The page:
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Off-Payroll Working from April 2021 – new legislation published

Off-Payroll Working from April 2021

Amendments to the Finance Bill have been tabled which re-introduce changes to off-payroll working in the private sector, effective from 6 April 2021.

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Notwithstanding a report from the House of Lords recommending a wider review of the differences between employment and self-employment, amendments to the Finance Bill were tabled on 18 May 2020 which re-introduce the Government’s proposed changes to off-payroll working. These insert the provisions which would have taken effect from 6 April 2020, but were postponed because of the COVID-19 pandemic. A further amendment to the Finance Bill, which sought to delay the introduction of these measures until April 2023, failed to gain support. Assuming that this legislation is duly enacted by Parliament, it will come into effect from 6 April 2021. Businesses will need to ensure they are prepared for these changes.

The measures introduced in the House of Lords report are broadly similar to the draft legislation published in the summer of 2019. However, a number of changes have been made, including:

  • A new requirement that the end client must either be UK resident or have a UK permanent establishment in order for the new regime to apply;
  • A new requirement on private sector end clients to respond to requests by agents or workers as to whether they qualify as ‘small’ (and so meaning the engagement falls outside the scope of the new regime) within 45 days of the request being received;
  • The ‘client-led status disagreement process’ has been redrafted, with the onus now on the worker or deemed employer (i.e. the fee payer) to raise a dispute before the final chain payment is made. Businesses receiving a notice of dispute will still need to respond within 45 days confirming that either:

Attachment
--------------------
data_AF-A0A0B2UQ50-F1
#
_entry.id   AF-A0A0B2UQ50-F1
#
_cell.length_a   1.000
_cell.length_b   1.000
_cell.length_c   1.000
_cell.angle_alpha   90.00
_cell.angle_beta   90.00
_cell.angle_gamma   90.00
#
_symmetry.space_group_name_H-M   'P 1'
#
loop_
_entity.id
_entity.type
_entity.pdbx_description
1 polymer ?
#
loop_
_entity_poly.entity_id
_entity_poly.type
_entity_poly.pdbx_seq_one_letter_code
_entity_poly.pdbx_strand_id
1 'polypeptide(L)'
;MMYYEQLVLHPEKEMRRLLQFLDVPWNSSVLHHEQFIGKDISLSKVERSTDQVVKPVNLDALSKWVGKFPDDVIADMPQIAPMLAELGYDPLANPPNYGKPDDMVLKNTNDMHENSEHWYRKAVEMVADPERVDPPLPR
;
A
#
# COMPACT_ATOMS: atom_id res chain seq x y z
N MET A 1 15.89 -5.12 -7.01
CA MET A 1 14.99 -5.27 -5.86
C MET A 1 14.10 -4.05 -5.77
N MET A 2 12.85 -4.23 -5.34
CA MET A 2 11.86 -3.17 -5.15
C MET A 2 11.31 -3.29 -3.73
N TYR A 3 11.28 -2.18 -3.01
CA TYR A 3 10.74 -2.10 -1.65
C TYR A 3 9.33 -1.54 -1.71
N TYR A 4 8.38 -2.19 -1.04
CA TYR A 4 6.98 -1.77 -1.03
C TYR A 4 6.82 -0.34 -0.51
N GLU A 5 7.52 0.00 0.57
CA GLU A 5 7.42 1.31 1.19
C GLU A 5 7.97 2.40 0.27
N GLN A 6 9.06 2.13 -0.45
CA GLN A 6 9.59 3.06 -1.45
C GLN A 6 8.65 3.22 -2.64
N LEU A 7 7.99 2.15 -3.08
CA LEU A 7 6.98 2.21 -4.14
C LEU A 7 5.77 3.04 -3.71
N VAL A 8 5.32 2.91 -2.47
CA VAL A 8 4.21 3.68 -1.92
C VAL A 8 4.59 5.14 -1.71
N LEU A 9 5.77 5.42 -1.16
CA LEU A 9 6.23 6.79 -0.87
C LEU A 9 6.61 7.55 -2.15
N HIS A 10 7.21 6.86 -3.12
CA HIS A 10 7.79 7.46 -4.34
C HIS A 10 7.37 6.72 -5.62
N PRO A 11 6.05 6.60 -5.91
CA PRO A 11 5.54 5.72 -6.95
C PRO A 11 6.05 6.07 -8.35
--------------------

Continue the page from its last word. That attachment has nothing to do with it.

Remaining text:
• The original determination was correct and the reasons for that decision; or
    • The original decision has changed, the date from which the new determination applies and confirming that the original determination is withdrawn.
  • The legislation now includes provisions, previously announced, dealing with situations where HMRC consider there is no realistic prospect of recovery of PAYE due from fee payers within a reasonable period of time. These provisions allow HMRC to turn instead to either the end client or the next entity down the supply chain.

It is clear that the Government is committed to introducing the changes to off-payroll working from 6 April 2021, commenting that “it is hard to see any genuine rationale for any further delay”.

Businesses that are currently focused on headcount and resourcing strategies in light of COVID-19 should bear these legislative changes in mind when undertaking such planning.

A number of organisations found themselves short of time to implement the new regime in April 2020, given the number of commercial issues to be resolved and the time needed to undertake status assessments of workers potentially falling within the new rules.

As such, the delay to implementation was welcome, but it is important that businesses ensure they complete their preparations for the new regime in sufficient time to be fully compliant from 6 April 2021. Whilst many businesses will currently be focused on the people and business implications of the COVID-19 pandemic, we recommend that there is re-engagement on the off-payroll working rules by September at the latest.

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